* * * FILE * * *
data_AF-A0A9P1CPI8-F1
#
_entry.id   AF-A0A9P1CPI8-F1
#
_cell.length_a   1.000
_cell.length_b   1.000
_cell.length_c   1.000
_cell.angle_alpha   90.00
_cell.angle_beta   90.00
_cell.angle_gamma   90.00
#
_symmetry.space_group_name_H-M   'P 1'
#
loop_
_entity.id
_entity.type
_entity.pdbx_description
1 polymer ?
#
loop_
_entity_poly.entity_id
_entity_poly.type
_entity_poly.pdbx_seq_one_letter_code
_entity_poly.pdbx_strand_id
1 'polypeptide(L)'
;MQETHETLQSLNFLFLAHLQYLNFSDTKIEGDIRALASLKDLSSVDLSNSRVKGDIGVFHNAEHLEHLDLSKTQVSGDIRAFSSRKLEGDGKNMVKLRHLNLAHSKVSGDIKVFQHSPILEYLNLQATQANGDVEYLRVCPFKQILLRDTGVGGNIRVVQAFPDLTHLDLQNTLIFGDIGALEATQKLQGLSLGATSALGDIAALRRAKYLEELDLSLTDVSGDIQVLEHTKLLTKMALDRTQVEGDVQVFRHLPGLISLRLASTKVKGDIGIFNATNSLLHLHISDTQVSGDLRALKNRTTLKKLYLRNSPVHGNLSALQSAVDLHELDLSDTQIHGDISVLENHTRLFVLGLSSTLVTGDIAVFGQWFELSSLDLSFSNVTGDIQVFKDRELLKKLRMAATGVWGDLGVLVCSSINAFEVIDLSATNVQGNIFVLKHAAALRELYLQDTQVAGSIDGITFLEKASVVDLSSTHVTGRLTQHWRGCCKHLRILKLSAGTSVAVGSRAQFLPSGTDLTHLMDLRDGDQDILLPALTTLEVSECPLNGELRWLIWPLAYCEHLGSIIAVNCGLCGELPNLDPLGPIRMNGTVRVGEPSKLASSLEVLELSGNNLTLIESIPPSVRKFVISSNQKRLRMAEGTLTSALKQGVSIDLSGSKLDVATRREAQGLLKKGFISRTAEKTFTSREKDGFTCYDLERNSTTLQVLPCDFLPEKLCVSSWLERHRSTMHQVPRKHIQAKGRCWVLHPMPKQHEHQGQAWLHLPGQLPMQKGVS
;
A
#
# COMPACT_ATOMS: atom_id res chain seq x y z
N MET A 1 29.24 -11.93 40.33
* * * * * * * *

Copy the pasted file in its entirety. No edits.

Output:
data_AF-A0A9P1CPI8-F1
#
_entry.id   AF-A0A9P1CPI8-F1
#
_cell.length_a   1.000
_cell.length_b   1.000
_cell.length_c   1.000
_cell.angle_alpha   90.00
_cell.angle_beta   90.00
_cell.angle_gamma   90.00
#
_symmetry.space_group_name_H-M   'P 1'
#
loop_
_entity.id
_entity.type
_entity.pdbx_description
1 polymer ?
#
loop_
_entity_poly.entity_id
_entity_poly.type
_entity_poly.pdbx_seq_one_letter_code
_entity_poly.pdbx_strand_id
1 'polypeptide(L)'
;MQETHETLQSLNFLFLAHLQYLNFSDTKIEGDIRALASLKDLSSVDLSNSRVKGDIGVFHNAEHLEHLDLSKTQVSGDIRAFSSRKLEGDGKNMVKLRHLNLAHSKVSGDIKVFQHSPILEYLNLQATQANGDVEYLRVCPFKQILLRDTGVGGNIRVVQAFPDLTHLDLQNTLIFGDIGALEATQKLQGLSLGATSALGDIAALRRAKYLEELDLSLTDVSGDIQVLEHTKLLTKMALDRTQVEGDVQVFRHLPGLISLRLASTKVKGDIGIFNATNSLLHLHISDTQVSGDLRALKNRTTLKKLYLRNSPVHGNLSALQSAVDLHELDLSDTQIHGDISVLENHTRLFVLGLSSTLVTGDIAVFGQWFELSSLDLSFSNVTGDIQVFKDRELLKKLRMAATGVWGDLGVLVCSSINAFEVIDLSATNVQGNIFVLKHAAALRELYLQDTQVAGSIDGITFLEKASVVDLSSTHVTGRLTQHWRGCCKHLRILKLSAGTSVAVGSRAQFLPSGTDLTHLMDLRDGDQDILLPALTTLEVSECPLNGELRWLIWPLAYCEHLGSIIAVNCGLCGELPNLDPLGPIRMNGTVRVGEPSKLASSLEVLELSGNNLTLIESIPPSVRKFVISSNQKRLRMAEGTLTSALKQGVSIDLSGSKLDVATRREAQGLLKKGFISRTAEKTFTSREKDGFTCYDLERNSTTLQVLPCDFLPEKLCVSSWLERHRSTMHQVPRKHIQAKGRCWVLHPMPKQHEHQGQAWLHLPGQLPMQKGVS
;
A
#
# COMPACT_ATOMS: atom_id res chain seq x y z
N MET A 1 29.24 -11.93 40.33